- The Washington Times - Monday, August 26, 2002

VIENNA, Austria - The International Atomic Energy Agency says it is increasingly "frustrated" after a decade of failed attempts to inspect North Koreas nuclear capabilities and has toughened a previously "softer" approach.

The unusually stern warning from the media-shy IAEA - the worlds only safeguard against the diversion of nuclear energy programs for warfare purposes - comes as North Korea makes intense diplomatic efforts to ease its international isolation.

But the Norths political overtures to South Korea, Japan and the United States have not been accompanied by a willingness to cooperate with the IAEA, a senior official said in an interview at the agencys Vienna headquarters.

"Weve been frustrated for 10 years," said Piet de Klerk, the IAEAs director of external relations and policy coordination. "Weve continued to talk" since Pyongyang pulled out of the treaty requiring it to cooperate with IAEA inspections in March 1993, "but it has been a roller-coaster," he said.

"Weve never had a complete picture, so we are unable to give any assurances that there are no nuclear activities in North Korea."

The IAEA, worried that the North could still have plutonium from a suspected nuclear weapons program that it agreed to freeze in 1994, wants a full account of what happened to the smallest amount of the potential bomb-making material.

"In 1994, North Korea unloaded a 5-megawatt reactor very hastily and put the materials in cans, so we need to check the radioactivity levels," Mr. de Klerk said last week.

But the government of Chairman Kim Jong-il has consistently ignored the agencys demands. While it has allowed IAEA representatives to look at some documents, it did not allow even the copying of the papers, Mr. de Klerk said.

For years, he said, the IAEA remained understanding of how slowly things happen in the reclusive state and held meetings twice a year with the North Koreans. But the North kept avoiding the real issues on the agenda, making the gatherings almost meaningless.

"They have a number of very good people, so weve had some articulate discussions, but with very strict confines," Mr. de Klerk said.

Earlier this summer, the IAEA took several North Korean experts to a nuclear site in Britain to show them "exactly what we would do if we went" to the North. But, he said, the gesture was futile.

The IAEA is ready to "welcome them back at any time as members [of the Nuclear Non-Proliferation Treaty or NPT], because when they left, that limited our dialogue but they have not responded," Mr. de Klerk said.

The agency became so impatient that, when the North Koreans refused to accept some of the topics on the agenda of the last scheduled meeting in June, it canceled the date. That meeting has yet to be rescheduled.

"We cant spend more of our budget on a nonmember state," Mr. de Klerk said. "A few years ago, we were much softer and agreed to discuss less significant issues like preservation. There is no point in that anymore."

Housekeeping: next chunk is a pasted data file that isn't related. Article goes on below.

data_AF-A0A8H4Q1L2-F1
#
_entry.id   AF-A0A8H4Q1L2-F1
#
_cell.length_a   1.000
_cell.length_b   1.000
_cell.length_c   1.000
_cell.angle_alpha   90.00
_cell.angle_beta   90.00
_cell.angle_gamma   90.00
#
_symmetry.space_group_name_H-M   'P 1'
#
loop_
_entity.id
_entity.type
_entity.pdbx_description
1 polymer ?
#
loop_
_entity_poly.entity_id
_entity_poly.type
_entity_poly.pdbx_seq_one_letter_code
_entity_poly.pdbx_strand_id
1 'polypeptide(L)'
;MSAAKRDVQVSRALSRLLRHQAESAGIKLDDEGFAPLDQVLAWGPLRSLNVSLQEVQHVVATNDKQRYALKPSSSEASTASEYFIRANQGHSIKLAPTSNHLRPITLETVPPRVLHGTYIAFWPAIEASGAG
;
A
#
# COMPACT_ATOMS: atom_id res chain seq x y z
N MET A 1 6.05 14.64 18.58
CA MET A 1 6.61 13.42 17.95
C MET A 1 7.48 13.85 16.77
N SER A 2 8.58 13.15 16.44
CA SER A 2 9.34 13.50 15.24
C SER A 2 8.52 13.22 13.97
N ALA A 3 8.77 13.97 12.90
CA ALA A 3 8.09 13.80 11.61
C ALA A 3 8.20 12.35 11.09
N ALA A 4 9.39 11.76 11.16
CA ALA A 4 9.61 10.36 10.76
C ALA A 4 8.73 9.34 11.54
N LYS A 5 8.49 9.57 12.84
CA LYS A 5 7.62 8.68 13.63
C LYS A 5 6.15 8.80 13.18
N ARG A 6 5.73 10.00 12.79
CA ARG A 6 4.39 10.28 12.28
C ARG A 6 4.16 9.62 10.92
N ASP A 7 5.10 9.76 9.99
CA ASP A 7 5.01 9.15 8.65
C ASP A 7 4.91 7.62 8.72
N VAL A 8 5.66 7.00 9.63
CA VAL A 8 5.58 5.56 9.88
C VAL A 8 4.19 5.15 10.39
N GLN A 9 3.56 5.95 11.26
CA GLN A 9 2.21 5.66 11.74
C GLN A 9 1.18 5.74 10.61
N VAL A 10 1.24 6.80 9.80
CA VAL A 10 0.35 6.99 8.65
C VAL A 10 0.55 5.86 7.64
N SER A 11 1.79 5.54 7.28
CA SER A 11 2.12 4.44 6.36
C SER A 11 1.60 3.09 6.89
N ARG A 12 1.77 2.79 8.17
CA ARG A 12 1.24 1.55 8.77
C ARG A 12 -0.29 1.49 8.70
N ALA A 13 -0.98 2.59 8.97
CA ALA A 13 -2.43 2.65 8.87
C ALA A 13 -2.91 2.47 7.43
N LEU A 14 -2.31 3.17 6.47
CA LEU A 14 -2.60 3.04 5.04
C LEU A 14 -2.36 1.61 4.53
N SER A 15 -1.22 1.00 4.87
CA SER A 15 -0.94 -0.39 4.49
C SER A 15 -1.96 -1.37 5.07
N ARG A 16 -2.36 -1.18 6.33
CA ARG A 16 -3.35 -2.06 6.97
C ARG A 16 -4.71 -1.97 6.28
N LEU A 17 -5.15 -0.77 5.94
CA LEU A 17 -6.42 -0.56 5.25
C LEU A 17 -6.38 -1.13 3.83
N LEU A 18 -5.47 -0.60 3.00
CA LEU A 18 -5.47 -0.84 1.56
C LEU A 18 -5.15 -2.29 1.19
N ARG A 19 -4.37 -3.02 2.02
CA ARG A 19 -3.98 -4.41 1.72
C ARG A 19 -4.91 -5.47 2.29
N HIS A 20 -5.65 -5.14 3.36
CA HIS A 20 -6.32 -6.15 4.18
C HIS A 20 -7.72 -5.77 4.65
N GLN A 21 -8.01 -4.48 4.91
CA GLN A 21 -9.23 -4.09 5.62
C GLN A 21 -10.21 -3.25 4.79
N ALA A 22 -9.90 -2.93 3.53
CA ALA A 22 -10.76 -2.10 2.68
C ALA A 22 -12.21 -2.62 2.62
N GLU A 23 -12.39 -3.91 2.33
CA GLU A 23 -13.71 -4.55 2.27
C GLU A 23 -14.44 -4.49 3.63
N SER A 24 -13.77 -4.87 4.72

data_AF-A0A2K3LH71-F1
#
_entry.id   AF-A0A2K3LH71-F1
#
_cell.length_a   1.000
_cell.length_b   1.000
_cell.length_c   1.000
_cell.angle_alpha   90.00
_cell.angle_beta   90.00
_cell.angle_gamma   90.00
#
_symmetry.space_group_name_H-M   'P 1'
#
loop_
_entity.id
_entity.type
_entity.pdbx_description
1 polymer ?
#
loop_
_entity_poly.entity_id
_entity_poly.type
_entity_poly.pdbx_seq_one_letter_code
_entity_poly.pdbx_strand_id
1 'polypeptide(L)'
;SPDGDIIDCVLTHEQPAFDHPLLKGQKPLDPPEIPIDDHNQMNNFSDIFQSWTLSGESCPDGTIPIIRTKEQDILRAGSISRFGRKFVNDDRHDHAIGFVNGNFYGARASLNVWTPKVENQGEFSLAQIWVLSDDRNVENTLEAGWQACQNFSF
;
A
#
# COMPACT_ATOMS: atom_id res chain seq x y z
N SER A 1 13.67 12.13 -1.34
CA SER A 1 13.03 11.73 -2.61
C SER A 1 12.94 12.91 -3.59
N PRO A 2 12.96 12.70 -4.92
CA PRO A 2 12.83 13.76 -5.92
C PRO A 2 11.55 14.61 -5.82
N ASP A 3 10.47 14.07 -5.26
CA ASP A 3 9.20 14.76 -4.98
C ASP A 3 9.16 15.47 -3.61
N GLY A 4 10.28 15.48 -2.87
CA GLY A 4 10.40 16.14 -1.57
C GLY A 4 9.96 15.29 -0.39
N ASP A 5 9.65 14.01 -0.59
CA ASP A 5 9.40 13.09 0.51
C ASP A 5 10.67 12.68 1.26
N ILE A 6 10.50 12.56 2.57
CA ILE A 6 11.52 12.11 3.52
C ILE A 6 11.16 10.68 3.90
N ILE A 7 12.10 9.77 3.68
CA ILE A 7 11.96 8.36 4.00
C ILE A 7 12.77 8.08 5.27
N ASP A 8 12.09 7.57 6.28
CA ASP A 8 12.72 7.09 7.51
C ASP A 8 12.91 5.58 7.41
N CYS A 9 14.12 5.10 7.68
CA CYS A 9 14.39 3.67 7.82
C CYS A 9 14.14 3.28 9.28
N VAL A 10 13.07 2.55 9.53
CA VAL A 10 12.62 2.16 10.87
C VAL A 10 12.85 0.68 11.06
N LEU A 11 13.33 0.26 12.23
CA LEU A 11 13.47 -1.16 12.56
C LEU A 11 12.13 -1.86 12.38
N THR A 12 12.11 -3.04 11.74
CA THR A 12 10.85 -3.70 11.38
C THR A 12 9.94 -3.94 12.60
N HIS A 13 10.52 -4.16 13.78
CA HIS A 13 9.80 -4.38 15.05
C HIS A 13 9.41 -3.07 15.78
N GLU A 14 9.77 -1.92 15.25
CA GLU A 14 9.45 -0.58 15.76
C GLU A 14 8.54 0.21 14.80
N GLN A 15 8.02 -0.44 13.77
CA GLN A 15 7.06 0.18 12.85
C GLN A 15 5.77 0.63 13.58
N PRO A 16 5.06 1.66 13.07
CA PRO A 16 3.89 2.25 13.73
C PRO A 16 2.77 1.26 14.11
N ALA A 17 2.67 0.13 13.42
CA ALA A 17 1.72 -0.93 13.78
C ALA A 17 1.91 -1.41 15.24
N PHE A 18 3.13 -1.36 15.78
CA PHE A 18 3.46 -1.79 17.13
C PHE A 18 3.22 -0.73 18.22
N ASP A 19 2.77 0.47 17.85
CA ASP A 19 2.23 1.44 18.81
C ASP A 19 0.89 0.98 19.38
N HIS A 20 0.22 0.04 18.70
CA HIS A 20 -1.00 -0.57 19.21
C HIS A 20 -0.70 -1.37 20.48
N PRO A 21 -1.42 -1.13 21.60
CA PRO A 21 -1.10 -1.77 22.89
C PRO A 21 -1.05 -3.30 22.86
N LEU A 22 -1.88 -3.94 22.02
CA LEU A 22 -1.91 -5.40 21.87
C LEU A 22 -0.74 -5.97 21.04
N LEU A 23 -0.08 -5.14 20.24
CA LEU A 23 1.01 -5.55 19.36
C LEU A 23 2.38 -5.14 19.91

He dismissed as not serious recent North Korean threats to withdraw from the 1994 agreement with the United States, known as the Agreed Framework, which froze Pyongyangs suspected nuclear weapons program in exchange for the promised construction of two light-water reactors.

"Weve heard this before," he said. "Pulling out of the agreement will be a very high price for them, so they will sleep on it for another night."During ministerial talks with South Korea earlier this month, officials from the North warned they might have to go their "own way" if the Korean Peninsula Energy Development Organization (KEDO), the U.S.-led international consortium building the reactors, does not complete the project.

Both U.S. and KEDO officials said at an Aug. 7 concrete-pouring ceremony at the plants site in Kumho, on North Koreas northeastern coast, that if Pyongyang does not allow the IAEA inspectors in by the time the buildings are finished, no nuclear components will be delivered and the project will be suspended.

Undersecretary of State John Bolton went further in a draft of a speech prepared for delivery in Seoul this week, saying the United States would pull out of the agreement if it was proven that Pyongyang had ever diverted plutonium from its nuclear energy program.

The final contents of the speech remain under discussion at the State Department.

The Agreed Framework, negotiated in 1994 by the Clinton administration after North Korea withdrew from the NPT, requires Pyongyang to allow IAEA inspections to resume when a "significant portion of the project is completed and before the nuclear components are delivered."

Asked about the usefulness of the accord, which has some harsh critics in the Bush administration, Mr. de Klerk replied in a quintessentially diplomatic manner.

"The Agreed Framework defused a dangerous situation at the time," he said. "We have accepted it as a fact. One can make the case that it has delayed our work, but whatever its drawbacks, it gives us leverage in dealing with North Korea."

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